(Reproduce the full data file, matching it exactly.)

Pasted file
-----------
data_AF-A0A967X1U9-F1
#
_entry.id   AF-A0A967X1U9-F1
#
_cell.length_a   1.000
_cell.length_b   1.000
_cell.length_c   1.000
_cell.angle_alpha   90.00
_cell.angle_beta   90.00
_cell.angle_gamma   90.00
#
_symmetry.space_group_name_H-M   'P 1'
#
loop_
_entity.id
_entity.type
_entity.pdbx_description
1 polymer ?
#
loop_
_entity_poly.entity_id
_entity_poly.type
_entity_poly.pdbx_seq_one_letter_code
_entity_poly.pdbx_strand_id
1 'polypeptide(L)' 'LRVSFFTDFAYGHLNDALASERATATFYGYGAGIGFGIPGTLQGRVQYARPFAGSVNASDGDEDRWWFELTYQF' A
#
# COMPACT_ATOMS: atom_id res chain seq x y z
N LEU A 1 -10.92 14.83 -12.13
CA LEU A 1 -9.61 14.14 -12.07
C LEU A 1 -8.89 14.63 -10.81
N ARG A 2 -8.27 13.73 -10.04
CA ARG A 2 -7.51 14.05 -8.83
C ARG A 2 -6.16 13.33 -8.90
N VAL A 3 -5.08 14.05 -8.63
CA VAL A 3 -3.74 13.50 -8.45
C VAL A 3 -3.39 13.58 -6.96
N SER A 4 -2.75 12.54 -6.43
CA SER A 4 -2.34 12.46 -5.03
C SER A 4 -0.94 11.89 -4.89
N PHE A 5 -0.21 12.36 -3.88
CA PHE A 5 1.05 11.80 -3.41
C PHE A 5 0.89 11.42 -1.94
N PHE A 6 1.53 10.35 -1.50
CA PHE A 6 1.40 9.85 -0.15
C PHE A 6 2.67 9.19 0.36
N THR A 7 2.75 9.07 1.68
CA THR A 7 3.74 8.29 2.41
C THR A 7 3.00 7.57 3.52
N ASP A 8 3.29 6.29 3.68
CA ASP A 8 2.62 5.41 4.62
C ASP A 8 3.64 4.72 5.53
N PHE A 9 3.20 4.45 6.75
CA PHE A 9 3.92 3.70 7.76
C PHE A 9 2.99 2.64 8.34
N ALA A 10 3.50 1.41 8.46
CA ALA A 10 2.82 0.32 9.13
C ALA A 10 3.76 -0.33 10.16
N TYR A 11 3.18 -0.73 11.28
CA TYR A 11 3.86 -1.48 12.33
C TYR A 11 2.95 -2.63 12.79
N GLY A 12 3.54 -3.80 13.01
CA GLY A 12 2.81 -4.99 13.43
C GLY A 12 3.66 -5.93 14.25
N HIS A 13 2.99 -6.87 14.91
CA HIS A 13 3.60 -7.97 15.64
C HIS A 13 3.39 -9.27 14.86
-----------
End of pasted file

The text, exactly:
data_AF-A0A967X1U9-F1
#
_entry.id   AF-A0A967X1U9-F1
#
_cell.length_a   1.000
_cell.length_b   1.000
_cell.length_c   1.000
_cell.angle_alpha   90.00
_cell.angle_beta   90.00
_cell.angle_gamma   90.00
#
_symmetry.space_group_name_H-M   'P 1'
#
loop_
_entity.id
_entity.type
_entity.pdbx_description
1 polymer ?
#
loop_
_entity_poly.entity_id
_entity_poly.type
_entity_poly.pdbx_seq_one_letter_code
_entity_poly.pdbx_strand_id
1 'polypeptide(L)' 'LRVSFFTDFAYGHLNDALASERATATFYGYGAGIGFGIPGTLQGRVQYARPFAGSVNASDGDEDRWWFELTYQF' A
#
# COMPACT_ATOMS: atom_id res chain seq x y z
N LEU A 1 -10.92 14.83 -12.13
CA LEU A 1 -9.61 14.14 -12.07
C LEU A 1 -8.89 14.63 -10.81
N ARG A 2 -8.27 13.73 -10.04
CA ARG A 2 -7.51 14.05 -8.83
C ARG A 2 -6.16 13.33 -8.90
N VAL A 3 -5.08 14.05 -8.63
CA VAL A 3 -3.74 13.50 -8.45
C VAL A 3 -3.39 13.58 -6.96
N SER A 4 -2.75 12.54 -6.43
CA SER A 4 -2.34 12.46 -5.03
C SER A 4 -0.94 11.89 -4.89
N PHE A 5 -0.21 12.36 -3.88
CA PHE A 5 1.05 11.80 -3.41
C PHE A 5 0.89 11.42 -1.94
N PHE A 6 1.53 10.35 -1.50
CA PHE A 6 1.40 9.85 -0.15
C PHE A 6 2.67 9.19 0.36
N THR A 7 2.75 9.07 1.68
CA THR A 7 3.74 8.29 2.41
C THR A 7 3.00 7.57 3.52
N ASP A 8 3.29 6.29 3.68
CA ASP A 8 2.62 5.41 4.62
C ASP A 8 3.64 4.72 5.53
N PHE A 9 3.20 4.45 6.75
CA PHE A 9 3.92 3.70 7.76
C PHE A 9 2.99 2.64 8.34
N ALA A 10 3.50 1.41 8.46
CA ALA A 10 2.82 0.32 9.13
C ALA A 10 3.76 -0.33 10.16
N TYR A 11 3.18 -0.73 11.28
CA TYR A 11 3.86 -1.48 12.33
C TYR A 11 2.95 -2.63 12.79
N GLY A 12 3.54 -3.80 13.01
CA GLY A 12 2.81 -4.99 13.43
C GLY A 12 3.66 -5.93 14.25
N HIS A 13 2.99 -6.87 14.91
CA HIS A 13 3.60 -7.97 15.64
C HIS A 13 3.39 -9.27 14.86